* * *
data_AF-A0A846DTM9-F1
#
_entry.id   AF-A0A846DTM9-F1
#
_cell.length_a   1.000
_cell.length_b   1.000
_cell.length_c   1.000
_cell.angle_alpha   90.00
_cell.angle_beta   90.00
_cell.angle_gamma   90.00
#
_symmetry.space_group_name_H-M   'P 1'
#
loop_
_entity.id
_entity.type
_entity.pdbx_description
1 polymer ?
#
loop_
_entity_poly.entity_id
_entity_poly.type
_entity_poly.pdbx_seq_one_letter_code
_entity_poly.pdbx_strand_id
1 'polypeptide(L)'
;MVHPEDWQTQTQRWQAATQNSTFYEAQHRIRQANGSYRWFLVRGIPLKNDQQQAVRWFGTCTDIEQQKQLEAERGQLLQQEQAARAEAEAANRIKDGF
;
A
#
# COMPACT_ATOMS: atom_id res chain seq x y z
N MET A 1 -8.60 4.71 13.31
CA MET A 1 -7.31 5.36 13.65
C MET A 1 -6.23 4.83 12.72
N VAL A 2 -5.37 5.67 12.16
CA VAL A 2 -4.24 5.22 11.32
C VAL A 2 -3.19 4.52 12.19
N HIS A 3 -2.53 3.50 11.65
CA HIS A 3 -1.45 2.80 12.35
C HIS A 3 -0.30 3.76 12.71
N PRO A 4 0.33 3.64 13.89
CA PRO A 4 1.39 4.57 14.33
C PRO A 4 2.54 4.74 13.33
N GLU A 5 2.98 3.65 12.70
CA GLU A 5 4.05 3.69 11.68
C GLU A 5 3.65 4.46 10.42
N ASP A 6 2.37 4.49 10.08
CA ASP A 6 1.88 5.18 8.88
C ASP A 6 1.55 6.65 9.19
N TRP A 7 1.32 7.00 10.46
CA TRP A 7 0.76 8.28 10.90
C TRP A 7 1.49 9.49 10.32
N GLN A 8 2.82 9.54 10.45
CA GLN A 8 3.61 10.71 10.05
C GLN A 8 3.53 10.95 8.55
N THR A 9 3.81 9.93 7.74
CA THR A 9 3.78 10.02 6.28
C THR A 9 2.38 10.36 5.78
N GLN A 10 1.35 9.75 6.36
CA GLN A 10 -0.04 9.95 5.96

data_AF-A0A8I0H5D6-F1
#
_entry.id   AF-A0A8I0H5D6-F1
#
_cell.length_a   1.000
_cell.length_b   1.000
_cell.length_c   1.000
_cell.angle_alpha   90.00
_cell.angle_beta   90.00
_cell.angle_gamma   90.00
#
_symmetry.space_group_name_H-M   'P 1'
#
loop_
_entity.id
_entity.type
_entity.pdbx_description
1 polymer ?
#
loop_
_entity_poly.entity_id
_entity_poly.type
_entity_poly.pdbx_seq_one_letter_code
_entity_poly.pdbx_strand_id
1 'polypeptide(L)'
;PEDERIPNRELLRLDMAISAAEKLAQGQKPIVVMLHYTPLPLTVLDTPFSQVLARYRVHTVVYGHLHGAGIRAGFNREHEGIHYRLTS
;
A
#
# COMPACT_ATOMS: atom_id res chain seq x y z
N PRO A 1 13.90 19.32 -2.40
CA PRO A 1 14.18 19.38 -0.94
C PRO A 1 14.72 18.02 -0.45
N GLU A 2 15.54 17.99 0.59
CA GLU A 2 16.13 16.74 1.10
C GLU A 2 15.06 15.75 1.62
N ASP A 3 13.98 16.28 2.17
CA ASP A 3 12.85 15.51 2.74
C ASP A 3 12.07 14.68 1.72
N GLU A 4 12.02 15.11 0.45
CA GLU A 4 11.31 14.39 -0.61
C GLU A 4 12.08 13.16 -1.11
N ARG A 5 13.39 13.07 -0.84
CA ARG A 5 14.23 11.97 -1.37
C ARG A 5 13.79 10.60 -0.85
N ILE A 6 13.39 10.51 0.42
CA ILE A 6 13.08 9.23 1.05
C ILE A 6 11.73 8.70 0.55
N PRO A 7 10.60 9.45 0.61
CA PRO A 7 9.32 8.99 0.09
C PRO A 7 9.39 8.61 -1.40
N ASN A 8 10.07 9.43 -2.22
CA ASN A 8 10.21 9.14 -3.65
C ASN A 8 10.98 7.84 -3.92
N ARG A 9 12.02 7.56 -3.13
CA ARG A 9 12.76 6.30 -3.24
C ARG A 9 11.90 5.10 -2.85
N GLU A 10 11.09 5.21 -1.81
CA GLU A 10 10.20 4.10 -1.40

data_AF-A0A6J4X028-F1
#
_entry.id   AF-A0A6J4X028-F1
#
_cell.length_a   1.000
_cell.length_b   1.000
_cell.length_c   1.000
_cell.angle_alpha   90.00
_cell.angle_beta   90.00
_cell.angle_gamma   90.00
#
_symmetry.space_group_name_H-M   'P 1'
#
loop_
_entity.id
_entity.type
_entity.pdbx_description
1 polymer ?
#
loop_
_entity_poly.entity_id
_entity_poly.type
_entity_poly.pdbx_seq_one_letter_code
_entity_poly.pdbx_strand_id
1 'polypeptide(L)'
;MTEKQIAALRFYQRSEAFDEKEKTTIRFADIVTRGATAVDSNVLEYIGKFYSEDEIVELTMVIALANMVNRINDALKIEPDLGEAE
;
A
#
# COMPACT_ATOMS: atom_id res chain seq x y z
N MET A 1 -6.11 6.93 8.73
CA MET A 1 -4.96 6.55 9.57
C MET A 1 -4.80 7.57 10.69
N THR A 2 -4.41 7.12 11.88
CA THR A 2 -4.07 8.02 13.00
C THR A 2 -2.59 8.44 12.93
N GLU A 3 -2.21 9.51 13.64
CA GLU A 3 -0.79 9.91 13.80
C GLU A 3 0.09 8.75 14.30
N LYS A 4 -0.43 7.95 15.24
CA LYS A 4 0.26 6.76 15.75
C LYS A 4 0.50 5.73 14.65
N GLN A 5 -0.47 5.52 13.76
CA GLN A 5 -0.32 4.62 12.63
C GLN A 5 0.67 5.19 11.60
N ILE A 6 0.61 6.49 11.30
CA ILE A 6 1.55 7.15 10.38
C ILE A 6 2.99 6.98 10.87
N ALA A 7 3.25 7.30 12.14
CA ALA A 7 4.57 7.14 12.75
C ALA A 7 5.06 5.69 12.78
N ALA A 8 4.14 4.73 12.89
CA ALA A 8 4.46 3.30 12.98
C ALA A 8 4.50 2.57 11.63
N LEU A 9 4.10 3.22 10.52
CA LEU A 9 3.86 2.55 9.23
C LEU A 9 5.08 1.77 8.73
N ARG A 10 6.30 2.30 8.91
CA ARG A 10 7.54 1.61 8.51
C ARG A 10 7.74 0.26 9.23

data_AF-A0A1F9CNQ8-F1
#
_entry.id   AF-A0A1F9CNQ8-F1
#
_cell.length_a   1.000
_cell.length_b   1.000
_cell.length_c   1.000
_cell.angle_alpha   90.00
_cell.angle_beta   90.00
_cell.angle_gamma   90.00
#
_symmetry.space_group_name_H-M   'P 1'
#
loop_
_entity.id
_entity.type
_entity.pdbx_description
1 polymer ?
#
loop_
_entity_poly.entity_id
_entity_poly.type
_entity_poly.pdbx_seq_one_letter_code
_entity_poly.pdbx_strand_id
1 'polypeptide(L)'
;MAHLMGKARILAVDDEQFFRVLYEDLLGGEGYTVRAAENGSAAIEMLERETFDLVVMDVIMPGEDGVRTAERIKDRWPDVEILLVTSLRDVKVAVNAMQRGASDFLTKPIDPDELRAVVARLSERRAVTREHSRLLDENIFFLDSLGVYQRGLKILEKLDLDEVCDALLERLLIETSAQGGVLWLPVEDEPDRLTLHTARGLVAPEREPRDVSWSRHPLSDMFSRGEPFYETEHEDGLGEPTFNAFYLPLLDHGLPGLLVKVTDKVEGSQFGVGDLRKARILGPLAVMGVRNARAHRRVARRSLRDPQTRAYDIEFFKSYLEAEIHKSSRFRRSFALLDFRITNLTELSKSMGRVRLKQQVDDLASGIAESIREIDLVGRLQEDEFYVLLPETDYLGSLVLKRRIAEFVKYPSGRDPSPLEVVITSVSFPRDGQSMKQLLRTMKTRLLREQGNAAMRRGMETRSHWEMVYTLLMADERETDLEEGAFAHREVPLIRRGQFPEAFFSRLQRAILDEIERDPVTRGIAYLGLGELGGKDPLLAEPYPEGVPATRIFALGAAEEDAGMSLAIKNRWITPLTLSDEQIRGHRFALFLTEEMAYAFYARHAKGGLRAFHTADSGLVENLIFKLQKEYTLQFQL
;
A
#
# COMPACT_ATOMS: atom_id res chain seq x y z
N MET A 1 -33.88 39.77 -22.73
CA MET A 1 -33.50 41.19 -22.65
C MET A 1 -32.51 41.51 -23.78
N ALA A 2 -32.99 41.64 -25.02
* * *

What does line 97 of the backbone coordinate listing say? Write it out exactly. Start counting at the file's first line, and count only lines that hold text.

CA ASP A 3 12.85 15.51 2.74